Submersible Exosuit lets divers plunge to 1,000 ft below the surface

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The Exosuit uses a series of rotary joints in order to allow the pilot a high degree of flexibility (Photo: Nuytco Research)

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Thanks largely to Hollywood blockbuster franchises, humanity seems to be in the grips of a global obsession with exosuits. The fixation is informing the designs of future military tech and may even play a role in how we operate in space. Canadian based Nuytco Research hopes to bring its own Exosuit to the sea floor, allowing divers to safely operate at depths of up to 1,000 ft (305 m) with none of the nasty pressure-induced side effects that so often ruin a deep sea diver's day.

Nuytco Research's Exosuit Atmospheric Diving System (ADS) is technically not a suit at all, it is in fact certified as a submarine that merely happens to take the shape of a person. Regardless of its official classification, the ADS is unquestionably an impressive and imposing tool that any uber-wealthy dive enthusiast would love to have in their arsenal.

For a diver equipped with standard scuba gear, it would take around 12 hours to safely return to the surface following a (near record-breaking) dive to 1,000 ft (305 m). This is where Nuytco Research's creation, which has been in development since the year 2000, comes into its own. An ADS suit maintains a pressure of one atmosphere (the same as at the surface), effectively allowing divers to re-surface without the need for lengthy decompression protocols, even when returning from extreme depths.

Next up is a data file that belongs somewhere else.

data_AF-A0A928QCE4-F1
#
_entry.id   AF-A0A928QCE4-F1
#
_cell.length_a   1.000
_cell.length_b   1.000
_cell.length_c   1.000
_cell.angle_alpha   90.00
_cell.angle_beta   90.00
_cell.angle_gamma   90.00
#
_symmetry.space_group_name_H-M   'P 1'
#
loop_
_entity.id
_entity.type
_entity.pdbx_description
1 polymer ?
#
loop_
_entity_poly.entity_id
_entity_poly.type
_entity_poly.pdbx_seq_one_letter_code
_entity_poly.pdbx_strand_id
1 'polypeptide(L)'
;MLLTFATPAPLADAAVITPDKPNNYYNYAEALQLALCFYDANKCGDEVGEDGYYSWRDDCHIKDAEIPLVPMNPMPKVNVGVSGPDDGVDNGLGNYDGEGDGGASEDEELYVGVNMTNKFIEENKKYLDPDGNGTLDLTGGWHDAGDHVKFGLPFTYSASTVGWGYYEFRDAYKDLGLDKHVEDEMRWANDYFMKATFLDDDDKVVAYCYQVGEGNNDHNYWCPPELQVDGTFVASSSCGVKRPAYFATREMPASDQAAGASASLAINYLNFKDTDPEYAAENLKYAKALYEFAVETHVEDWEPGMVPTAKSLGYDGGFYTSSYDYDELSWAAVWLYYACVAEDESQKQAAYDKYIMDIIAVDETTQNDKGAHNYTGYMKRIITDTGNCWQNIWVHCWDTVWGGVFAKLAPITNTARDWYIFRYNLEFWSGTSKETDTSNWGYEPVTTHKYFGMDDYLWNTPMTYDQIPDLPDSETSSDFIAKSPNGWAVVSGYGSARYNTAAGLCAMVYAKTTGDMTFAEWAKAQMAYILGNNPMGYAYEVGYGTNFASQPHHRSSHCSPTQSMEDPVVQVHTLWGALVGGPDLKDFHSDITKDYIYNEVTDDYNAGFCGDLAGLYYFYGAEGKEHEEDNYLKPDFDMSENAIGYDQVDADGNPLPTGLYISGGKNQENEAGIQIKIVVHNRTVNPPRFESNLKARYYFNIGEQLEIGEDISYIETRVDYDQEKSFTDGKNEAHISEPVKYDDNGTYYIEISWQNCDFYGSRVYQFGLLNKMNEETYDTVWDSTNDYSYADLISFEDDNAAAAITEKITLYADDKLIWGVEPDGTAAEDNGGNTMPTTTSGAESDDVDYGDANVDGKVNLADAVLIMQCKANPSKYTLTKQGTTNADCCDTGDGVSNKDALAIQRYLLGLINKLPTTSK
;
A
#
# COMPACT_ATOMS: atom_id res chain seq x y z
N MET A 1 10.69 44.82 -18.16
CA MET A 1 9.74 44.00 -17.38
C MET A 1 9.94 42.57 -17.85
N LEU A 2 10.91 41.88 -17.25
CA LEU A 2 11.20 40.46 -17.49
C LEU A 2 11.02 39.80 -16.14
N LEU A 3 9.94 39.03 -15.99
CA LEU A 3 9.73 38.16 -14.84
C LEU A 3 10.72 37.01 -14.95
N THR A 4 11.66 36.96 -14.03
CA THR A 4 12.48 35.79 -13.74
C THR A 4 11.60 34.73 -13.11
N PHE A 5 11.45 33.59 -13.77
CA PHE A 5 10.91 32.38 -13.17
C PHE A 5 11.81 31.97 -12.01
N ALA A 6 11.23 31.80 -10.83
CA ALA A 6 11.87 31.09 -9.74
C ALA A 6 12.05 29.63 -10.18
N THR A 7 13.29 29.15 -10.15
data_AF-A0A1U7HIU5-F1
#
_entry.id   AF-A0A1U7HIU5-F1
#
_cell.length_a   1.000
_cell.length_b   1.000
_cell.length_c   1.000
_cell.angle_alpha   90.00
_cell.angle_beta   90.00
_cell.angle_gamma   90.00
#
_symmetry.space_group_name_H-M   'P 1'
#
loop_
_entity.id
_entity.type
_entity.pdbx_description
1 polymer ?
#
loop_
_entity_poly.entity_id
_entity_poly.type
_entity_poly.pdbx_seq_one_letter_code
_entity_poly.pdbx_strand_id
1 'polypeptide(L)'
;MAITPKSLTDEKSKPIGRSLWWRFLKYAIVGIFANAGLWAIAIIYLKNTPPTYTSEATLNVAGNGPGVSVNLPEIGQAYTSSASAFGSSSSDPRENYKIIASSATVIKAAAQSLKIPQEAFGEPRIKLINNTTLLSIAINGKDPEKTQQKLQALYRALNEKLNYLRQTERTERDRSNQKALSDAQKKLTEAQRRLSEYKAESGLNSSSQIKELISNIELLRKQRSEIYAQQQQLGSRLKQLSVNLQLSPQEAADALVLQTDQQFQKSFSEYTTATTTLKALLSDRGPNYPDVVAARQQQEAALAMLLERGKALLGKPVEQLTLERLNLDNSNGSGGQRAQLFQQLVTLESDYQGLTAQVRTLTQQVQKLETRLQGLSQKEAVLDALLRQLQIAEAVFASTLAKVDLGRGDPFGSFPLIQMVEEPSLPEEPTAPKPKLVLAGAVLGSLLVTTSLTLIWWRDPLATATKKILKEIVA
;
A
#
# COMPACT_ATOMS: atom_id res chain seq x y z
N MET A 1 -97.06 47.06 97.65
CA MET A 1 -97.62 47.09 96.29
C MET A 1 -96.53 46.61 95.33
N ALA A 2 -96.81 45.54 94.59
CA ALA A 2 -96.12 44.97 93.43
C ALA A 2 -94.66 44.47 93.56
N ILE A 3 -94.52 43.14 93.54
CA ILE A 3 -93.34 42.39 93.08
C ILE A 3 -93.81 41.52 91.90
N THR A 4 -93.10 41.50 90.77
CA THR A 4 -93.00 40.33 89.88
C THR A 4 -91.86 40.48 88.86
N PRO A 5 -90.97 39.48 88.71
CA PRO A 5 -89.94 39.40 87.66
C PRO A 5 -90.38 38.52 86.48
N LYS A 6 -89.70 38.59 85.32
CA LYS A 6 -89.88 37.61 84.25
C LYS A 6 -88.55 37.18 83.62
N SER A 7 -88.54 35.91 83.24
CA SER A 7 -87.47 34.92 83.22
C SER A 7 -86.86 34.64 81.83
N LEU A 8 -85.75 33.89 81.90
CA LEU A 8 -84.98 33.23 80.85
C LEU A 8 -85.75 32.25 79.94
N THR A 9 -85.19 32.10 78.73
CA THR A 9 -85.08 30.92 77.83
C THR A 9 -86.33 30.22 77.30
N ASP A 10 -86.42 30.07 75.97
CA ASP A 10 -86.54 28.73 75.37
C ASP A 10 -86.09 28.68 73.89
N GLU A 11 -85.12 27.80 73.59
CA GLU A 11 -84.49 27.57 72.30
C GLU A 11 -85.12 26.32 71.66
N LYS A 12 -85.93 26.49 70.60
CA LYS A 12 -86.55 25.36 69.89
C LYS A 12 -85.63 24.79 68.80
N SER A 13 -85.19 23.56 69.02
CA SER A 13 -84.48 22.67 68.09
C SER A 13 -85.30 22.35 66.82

The Exosuit weighs in between 500 – 600 lb (227 - 272 kg), depending on suit configuration. The exterior is made of A536 aluminum alloy and features pincer-like appendages located at the end of each arm that can be manipulated by the pilot to perform delicate tasks. The ADS system carries a primary and backup oxygen supply with the capacity to support a pilot for up to 50 hours and has integrated batteries capable of running the electronics for the duration of the dive.

Once submerged, the pilot can maneuver with the use of four magnetically-attached thrusters. The thrusters are designed to be responsive and quiet, with the option of expanding the complement to eight for greater maneuverability. Operators also have the option of outfitting the suit with additional LED lights, an HD camera and even sonar as the situation requires.

When a dive is in progress, the suit is connected by a 1,250 ft (381 m) fibre-optic umbilical that feeds its telemetry, communications and HD video to the surface.

Nuytco Research believes that the flexibility and the unique nature of the suit will make it an attractive proposition to clients in military, scientific and commercial spheres.

You may now be asking yourself "how much will it cost me to get my underwater armored playsuit?" Well, with a price tag of around half a million US dollars, it may be a while yet before the average man can go deep see exploring at his leisure.

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